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PHILIPSBURG – Despite the fact that the Kingdom is under the supervision of the Committee of Ministers of the Council of Europe due to the poor state of police station cells on Sint Maarten, detainees are still being held for longer than the allowed ten days. Chief Prosecutor Mirjam Mol confirms this.

The reason for this is the lack of cells in the prison, says Mol. “It’s the exception rather than the rule. At this point in time no one is being detained for longer than ten days, last month this happened on five occasions.”

Not enough detention capacity
Mol says that they always try to avoid this. The Pointe Blanche prison can hold a maximum of 70 inmates. “We experience a lot of felonies here on Sint Maarten and that requires serious sentences. That’s why it’s important that we have enough capacity to detain criminals. Unfortunately that’s not the reality we live in at the moment.”

Minister Stef Blok of Foreign Affairs says that he expects the supervision to be lifted in the fall. The police station cells have been renovated using funds from the World Bank, with better lighting and more privacy according to the government of Sint Maarten.

Parliamentary questions
Parliamentarian Chris van Dam (CDA) is questioning whether the steps taken by minister Stef Blok to improve the prison system on Sint Maarten are enough. In response to the Caribbean Network article on the prison system on Sint Maarten, Van Dam has sent Parliamentary questions to minister Blok, state secretary Raymond Knops (Kingdom Relations), and minister Sander Dekker (Legal Protection). Van Dam wants to know if Knops and Blok, collectively with the government of Sint Maarten have defined the minimum requirements for the detention facilities.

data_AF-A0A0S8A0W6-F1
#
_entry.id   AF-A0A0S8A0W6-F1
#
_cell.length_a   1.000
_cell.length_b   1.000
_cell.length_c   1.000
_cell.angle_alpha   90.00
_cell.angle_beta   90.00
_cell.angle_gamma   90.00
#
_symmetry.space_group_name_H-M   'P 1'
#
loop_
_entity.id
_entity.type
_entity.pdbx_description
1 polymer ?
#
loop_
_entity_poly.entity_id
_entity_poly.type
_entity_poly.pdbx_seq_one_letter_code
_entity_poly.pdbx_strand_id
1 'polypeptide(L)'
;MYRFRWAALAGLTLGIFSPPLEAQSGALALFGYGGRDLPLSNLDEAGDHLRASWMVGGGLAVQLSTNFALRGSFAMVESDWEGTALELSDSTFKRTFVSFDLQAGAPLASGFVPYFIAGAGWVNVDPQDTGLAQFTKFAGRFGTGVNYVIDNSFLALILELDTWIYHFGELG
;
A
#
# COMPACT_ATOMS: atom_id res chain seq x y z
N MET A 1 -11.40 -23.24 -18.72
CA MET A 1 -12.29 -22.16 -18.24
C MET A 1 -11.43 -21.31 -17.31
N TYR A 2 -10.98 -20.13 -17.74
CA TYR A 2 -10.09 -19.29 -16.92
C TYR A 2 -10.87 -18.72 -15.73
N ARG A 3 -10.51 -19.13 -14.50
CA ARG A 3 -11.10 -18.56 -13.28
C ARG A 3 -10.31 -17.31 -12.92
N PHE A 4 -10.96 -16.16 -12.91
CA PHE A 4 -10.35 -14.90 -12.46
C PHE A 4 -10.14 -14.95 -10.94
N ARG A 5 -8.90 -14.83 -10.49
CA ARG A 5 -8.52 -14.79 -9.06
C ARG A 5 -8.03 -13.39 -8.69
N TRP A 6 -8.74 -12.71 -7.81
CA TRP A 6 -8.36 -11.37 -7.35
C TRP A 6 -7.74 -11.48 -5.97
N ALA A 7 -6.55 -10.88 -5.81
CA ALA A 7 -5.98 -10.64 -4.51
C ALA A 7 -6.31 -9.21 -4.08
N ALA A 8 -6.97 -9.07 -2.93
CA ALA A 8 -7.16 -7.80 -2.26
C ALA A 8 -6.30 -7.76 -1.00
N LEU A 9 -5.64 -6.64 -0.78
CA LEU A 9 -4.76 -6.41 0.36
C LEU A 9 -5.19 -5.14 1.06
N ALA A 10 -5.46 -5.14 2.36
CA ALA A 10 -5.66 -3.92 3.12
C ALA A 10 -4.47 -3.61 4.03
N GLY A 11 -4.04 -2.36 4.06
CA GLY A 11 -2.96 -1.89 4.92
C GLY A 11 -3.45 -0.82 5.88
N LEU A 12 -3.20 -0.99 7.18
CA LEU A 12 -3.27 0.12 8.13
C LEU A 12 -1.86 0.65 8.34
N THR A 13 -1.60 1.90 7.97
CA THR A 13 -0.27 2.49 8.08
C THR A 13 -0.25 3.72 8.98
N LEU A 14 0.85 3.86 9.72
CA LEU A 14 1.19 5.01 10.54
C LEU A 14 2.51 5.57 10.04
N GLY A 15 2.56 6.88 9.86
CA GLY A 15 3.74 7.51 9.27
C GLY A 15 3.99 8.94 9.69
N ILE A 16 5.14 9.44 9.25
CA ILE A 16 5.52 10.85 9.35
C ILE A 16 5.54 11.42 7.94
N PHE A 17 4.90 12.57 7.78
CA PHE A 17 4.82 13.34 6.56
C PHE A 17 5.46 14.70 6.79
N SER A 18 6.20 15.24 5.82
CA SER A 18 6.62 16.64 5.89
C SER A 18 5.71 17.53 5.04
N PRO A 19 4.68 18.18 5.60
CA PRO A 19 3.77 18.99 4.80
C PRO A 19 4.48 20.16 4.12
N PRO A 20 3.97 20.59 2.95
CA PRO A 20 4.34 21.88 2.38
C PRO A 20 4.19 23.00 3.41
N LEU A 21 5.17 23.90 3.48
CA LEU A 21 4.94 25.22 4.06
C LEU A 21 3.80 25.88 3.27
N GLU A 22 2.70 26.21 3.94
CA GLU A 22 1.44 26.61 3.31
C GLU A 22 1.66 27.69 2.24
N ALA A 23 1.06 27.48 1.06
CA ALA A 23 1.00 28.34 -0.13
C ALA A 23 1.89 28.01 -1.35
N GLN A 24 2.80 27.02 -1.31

Minister Dekker and Knops visited the police cells in April.

Criminal law attorney Shiara Bommel, who works on Sint Maarten, has to regularly visit clients in the police station cells. “It’s dark, it stinks, and one time there was still blood on the floor of the cell where my client was being held. The situation has gotten worst in my opinion.”
Mol says that the police station cells have been renovated but that they’re only suitable for a short period of detention. After ten days the suspect has to go to the prison because they have a right to fresh air and recreation facilities.

Due to the lack of detention facilities on the island, (juvenile) suspects are regularly sent home. Parliamentarian Van Dam would like to know what the effects of this are on the legal system in Sint Maarten.

Minimal psychiatric help
The only prison on the island is a dilapidated and condemned building, there are few rehabilitation opportunities, and there is minimal psychiatric help available. Caribbean Network broke the news in July that the only institution able to offer psychiatric help, the Mental Health Foundation (MHF), would be without psychiatrists starting in August.

The two psychiatrists from India had to leave because starting in August only BIG-registered psychiatrists are allowed to practice on the island. “At the moment we’re working with a pool of stand-by psychiatrists from amongst other places Curaçao”, says Eileen Healy from MHF. “We have to get a work permit for the psychiatrists, even when they’re standing-in for two weeks. That’s why we can’t provide reliable and constant psychiatric care at the moment. We hope to have new psychiatrist working for us in December. When there aren’t any psychiatrist on the island, the only option is contacting psychiatrist in Curaçao by phone.”